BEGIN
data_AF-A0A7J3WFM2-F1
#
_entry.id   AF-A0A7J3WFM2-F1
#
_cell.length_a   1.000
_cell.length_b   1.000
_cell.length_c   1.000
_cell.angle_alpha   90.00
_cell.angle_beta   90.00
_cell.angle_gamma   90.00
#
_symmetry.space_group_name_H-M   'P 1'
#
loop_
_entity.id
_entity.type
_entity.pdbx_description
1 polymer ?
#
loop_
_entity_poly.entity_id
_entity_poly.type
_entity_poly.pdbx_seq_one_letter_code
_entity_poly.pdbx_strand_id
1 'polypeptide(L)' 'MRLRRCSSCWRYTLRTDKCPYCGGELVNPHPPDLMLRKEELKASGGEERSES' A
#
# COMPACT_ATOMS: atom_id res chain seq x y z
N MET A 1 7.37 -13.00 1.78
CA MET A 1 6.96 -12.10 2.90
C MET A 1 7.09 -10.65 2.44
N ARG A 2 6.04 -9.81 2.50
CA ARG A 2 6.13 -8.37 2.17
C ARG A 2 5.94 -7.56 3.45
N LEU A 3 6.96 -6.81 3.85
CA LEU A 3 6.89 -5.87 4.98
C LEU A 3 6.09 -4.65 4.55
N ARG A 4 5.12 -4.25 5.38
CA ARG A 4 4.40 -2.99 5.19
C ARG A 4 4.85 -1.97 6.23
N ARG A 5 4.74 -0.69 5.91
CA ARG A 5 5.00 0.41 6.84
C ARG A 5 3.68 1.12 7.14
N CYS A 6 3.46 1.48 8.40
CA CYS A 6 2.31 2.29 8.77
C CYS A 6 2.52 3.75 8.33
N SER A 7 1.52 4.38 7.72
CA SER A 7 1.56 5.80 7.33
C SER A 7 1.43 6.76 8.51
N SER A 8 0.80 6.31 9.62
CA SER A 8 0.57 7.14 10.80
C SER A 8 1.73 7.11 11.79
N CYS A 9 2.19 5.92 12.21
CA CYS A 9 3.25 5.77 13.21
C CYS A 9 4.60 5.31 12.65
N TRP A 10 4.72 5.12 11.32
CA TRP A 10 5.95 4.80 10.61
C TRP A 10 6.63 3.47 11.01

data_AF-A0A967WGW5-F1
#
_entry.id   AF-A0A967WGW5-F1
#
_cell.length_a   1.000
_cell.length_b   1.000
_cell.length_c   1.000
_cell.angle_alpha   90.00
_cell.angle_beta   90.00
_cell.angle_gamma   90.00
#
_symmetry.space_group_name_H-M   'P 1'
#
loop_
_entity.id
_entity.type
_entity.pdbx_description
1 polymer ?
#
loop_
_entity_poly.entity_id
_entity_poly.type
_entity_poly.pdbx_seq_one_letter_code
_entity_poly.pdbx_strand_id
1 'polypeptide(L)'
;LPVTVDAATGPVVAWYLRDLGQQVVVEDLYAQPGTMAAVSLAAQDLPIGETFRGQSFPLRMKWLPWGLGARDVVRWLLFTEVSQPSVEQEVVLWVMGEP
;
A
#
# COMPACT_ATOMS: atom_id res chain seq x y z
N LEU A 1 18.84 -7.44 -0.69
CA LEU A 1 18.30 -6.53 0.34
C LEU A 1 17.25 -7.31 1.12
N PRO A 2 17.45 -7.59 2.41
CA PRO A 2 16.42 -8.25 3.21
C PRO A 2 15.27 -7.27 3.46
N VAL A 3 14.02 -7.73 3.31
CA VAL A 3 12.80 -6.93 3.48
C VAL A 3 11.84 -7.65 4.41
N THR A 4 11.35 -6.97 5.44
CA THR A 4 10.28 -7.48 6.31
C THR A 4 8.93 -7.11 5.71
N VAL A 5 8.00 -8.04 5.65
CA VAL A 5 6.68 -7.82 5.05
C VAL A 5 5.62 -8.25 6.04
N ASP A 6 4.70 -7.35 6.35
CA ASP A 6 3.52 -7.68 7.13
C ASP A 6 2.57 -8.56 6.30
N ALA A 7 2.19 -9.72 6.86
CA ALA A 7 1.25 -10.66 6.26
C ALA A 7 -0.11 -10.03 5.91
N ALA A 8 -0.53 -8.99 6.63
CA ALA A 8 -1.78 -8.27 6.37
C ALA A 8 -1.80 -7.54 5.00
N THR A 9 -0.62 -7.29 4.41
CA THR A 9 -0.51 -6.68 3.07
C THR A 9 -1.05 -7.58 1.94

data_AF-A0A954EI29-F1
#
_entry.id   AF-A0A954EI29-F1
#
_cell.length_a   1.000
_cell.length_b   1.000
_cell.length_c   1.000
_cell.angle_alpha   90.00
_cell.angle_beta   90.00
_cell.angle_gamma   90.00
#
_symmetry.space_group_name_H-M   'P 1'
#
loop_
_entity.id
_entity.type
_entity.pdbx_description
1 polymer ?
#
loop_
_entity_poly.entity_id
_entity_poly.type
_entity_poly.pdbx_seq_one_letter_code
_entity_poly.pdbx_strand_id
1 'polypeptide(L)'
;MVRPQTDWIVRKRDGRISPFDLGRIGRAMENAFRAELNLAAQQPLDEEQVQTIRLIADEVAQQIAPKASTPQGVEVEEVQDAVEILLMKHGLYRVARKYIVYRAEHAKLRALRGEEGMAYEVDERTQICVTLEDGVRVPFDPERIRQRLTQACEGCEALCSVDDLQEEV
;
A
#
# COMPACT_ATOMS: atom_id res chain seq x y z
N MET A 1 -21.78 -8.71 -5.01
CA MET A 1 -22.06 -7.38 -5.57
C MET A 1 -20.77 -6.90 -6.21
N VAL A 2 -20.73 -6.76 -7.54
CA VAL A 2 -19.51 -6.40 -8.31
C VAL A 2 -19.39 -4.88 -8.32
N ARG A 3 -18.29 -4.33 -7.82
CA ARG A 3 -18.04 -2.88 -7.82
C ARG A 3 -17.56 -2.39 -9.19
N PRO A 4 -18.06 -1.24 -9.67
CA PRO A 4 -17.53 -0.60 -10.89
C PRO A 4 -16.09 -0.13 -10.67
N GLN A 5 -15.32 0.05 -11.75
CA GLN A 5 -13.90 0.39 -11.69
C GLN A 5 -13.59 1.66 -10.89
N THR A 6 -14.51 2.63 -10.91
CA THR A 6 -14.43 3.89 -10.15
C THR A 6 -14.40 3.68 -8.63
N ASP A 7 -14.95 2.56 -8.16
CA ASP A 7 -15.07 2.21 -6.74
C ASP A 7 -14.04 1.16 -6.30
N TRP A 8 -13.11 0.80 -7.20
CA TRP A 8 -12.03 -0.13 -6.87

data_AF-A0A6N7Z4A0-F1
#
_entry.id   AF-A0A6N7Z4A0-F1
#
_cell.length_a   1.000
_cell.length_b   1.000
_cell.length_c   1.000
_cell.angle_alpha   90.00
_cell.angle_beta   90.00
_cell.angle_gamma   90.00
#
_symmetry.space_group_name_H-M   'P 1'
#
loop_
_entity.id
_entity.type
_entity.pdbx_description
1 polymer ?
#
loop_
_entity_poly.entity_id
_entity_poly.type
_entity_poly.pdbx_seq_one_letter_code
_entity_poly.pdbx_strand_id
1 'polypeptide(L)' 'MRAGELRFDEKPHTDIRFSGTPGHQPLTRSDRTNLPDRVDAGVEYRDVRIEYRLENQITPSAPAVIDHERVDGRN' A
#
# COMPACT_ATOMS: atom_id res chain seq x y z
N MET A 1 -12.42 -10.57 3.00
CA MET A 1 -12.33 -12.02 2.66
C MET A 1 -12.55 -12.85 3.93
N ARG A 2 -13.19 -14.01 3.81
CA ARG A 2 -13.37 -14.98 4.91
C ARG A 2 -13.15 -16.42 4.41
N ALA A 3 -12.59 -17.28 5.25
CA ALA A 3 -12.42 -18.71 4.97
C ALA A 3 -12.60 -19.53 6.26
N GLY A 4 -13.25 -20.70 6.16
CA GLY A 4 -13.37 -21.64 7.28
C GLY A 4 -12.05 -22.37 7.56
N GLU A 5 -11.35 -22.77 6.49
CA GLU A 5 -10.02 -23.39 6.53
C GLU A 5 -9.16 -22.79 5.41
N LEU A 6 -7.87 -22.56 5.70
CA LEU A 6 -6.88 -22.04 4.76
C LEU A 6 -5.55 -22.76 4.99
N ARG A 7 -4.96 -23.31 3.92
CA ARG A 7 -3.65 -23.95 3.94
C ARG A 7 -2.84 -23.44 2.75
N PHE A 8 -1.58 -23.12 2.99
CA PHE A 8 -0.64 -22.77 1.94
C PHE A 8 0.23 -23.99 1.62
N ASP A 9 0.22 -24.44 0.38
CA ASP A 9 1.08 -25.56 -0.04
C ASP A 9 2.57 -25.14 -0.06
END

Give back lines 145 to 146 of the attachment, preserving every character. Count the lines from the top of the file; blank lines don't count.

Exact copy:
N MET A 1 -21.78 -8.71 -5.01
CA MET A 1 -22.06 -7.38 -5.57